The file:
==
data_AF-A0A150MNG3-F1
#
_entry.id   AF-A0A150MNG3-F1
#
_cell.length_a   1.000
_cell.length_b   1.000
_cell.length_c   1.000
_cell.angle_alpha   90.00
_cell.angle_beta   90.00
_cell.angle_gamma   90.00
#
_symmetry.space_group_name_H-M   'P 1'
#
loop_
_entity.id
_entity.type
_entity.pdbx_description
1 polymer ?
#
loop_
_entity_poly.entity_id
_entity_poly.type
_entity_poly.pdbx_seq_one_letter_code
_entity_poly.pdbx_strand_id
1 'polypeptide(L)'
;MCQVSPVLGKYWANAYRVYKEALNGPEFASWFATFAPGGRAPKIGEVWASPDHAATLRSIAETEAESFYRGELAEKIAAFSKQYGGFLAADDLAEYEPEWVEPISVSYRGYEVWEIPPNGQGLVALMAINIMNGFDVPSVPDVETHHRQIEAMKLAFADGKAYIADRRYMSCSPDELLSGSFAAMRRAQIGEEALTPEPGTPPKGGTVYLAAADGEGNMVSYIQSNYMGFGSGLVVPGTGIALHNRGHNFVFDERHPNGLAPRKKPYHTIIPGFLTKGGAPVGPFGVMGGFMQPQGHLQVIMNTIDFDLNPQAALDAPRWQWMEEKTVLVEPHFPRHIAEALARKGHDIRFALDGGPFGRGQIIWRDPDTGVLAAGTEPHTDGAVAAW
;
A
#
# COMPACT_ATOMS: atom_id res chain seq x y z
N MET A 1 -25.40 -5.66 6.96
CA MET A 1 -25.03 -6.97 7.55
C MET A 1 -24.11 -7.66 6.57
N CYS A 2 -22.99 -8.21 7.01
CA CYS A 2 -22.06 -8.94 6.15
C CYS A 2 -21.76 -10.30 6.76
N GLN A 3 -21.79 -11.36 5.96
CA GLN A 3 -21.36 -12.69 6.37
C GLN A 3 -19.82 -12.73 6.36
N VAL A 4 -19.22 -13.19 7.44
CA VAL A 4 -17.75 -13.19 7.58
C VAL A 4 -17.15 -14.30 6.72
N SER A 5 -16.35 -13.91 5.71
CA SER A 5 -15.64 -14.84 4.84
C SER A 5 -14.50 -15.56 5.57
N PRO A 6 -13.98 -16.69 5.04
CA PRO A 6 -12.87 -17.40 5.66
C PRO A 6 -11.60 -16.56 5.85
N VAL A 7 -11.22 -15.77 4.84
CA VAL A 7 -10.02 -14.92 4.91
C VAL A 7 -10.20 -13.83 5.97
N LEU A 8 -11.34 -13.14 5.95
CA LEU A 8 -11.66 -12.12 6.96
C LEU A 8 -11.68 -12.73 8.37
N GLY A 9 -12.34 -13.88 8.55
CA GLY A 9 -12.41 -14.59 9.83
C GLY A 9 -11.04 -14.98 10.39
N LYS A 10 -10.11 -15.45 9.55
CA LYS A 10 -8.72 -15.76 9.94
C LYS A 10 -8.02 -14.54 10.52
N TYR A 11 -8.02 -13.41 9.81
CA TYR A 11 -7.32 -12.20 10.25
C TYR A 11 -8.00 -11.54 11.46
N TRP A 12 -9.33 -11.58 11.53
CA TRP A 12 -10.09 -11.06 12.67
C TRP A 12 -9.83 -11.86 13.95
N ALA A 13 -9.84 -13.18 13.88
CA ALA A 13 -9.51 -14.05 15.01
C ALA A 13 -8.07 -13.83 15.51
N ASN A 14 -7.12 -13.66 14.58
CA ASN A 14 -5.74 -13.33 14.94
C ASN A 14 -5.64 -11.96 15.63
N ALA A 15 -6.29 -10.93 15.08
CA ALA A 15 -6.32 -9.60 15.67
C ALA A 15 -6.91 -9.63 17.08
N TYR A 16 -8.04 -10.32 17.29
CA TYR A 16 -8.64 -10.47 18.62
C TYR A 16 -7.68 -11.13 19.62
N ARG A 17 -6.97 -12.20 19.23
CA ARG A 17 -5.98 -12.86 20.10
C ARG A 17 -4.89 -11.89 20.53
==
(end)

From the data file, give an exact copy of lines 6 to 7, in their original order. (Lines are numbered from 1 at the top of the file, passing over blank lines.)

_cell.length_b   1.000
_cell.length_c   1.000